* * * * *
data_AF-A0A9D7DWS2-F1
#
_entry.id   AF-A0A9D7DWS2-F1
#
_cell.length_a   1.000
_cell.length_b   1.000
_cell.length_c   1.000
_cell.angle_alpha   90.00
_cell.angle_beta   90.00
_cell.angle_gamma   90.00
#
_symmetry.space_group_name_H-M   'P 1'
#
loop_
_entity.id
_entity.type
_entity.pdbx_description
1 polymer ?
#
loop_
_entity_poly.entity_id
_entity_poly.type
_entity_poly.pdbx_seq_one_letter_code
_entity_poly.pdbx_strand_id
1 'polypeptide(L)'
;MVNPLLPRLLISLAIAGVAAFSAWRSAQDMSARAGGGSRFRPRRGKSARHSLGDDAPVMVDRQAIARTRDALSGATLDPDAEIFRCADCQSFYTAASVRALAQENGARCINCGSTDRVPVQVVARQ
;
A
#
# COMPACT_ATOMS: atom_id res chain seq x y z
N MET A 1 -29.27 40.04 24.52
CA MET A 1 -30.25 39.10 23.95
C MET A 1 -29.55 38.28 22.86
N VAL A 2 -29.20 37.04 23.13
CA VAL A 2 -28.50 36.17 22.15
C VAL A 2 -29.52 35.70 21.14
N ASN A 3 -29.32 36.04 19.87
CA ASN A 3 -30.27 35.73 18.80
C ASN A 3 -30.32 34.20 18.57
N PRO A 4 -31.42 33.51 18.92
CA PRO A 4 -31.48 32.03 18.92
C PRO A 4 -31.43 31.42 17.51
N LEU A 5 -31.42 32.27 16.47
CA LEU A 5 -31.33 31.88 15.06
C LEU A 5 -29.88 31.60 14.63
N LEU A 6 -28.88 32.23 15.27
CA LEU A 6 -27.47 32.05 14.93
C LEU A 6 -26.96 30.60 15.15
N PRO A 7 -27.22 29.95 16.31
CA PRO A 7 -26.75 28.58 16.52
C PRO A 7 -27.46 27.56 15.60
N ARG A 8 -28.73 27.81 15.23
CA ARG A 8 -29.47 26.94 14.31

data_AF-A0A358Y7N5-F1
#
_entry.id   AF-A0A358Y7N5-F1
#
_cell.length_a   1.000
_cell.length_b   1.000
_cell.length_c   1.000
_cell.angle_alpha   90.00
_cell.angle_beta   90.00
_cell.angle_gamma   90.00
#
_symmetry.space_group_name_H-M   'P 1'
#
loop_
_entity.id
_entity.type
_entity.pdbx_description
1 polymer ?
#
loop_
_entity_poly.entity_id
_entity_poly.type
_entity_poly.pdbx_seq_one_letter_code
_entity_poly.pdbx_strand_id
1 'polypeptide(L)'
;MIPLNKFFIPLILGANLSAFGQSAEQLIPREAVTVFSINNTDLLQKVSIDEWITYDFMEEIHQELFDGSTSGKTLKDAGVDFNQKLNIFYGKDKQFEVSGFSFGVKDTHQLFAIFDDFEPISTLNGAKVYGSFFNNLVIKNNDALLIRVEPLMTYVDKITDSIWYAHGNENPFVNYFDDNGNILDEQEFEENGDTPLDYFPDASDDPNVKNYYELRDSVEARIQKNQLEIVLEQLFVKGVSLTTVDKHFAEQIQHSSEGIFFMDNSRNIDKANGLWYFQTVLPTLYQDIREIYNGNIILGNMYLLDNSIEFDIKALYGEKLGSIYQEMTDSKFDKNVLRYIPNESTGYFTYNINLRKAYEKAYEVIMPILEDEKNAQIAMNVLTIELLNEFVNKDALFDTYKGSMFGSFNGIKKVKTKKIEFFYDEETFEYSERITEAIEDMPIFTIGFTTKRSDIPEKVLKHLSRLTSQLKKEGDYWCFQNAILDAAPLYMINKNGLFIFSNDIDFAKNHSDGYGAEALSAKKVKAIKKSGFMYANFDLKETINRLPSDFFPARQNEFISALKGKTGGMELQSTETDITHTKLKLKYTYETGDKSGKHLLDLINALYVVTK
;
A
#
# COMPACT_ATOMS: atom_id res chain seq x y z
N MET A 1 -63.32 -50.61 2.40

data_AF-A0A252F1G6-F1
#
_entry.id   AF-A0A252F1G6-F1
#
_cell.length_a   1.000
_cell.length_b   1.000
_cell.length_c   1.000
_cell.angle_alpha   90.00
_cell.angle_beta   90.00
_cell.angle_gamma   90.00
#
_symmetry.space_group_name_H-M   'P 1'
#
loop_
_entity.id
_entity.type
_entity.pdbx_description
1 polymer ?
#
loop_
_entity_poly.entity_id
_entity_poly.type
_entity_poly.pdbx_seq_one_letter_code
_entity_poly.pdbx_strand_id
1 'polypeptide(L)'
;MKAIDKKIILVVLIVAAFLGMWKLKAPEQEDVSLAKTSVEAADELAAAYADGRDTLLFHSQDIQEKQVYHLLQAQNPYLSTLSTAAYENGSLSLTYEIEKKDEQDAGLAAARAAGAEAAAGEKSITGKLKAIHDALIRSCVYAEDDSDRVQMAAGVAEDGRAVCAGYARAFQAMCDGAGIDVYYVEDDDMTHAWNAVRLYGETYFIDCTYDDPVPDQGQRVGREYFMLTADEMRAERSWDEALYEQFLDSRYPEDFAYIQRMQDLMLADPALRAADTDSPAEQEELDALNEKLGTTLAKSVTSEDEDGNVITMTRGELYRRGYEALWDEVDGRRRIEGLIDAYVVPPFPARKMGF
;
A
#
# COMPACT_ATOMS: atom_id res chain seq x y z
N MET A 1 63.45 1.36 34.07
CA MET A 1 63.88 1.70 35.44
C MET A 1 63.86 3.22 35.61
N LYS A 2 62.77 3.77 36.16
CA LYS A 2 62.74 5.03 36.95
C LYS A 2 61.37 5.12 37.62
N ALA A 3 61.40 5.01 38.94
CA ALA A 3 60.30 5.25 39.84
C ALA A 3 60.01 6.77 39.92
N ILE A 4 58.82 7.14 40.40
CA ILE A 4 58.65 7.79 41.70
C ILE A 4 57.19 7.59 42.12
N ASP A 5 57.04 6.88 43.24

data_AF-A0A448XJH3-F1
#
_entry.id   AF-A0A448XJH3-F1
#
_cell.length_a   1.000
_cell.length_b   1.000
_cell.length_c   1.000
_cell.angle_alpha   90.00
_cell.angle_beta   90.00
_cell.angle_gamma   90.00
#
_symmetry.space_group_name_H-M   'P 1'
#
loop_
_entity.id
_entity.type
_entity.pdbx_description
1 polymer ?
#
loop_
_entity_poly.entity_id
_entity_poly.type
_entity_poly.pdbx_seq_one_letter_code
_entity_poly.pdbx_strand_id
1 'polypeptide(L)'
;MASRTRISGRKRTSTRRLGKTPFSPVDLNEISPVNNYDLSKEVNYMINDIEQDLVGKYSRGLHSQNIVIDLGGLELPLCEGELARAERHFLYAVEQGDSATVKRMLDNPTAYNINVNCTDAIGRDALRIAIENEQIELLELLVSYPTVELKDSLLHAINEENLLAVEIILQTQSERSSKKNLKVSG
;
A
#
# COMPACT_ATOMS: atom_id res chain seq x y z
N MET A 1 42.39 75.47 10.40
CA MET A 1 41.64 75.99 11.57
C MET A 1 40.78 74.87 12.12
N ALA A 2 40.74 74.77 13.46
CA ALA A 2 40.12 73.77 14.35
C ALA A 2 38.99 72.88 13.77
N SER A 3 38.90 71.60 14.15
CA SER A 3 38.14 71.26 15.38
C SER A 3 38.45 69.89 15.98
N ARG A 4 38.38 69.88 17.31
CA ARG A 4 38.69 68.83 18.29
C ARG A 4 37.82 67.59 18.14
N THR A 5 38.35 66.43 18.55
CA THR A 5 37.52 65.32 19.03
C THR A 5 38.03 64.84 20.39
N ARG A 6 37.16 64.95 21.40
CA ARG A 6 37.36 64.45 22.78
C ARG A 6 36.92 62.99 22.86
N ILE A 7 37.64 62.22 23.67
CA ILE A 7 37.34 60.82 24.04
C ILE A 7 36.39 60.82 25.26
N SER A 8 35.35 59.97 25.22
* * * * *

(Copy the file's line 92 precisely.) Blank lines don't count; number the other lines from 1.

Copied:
_cell.angle_alpha   90.00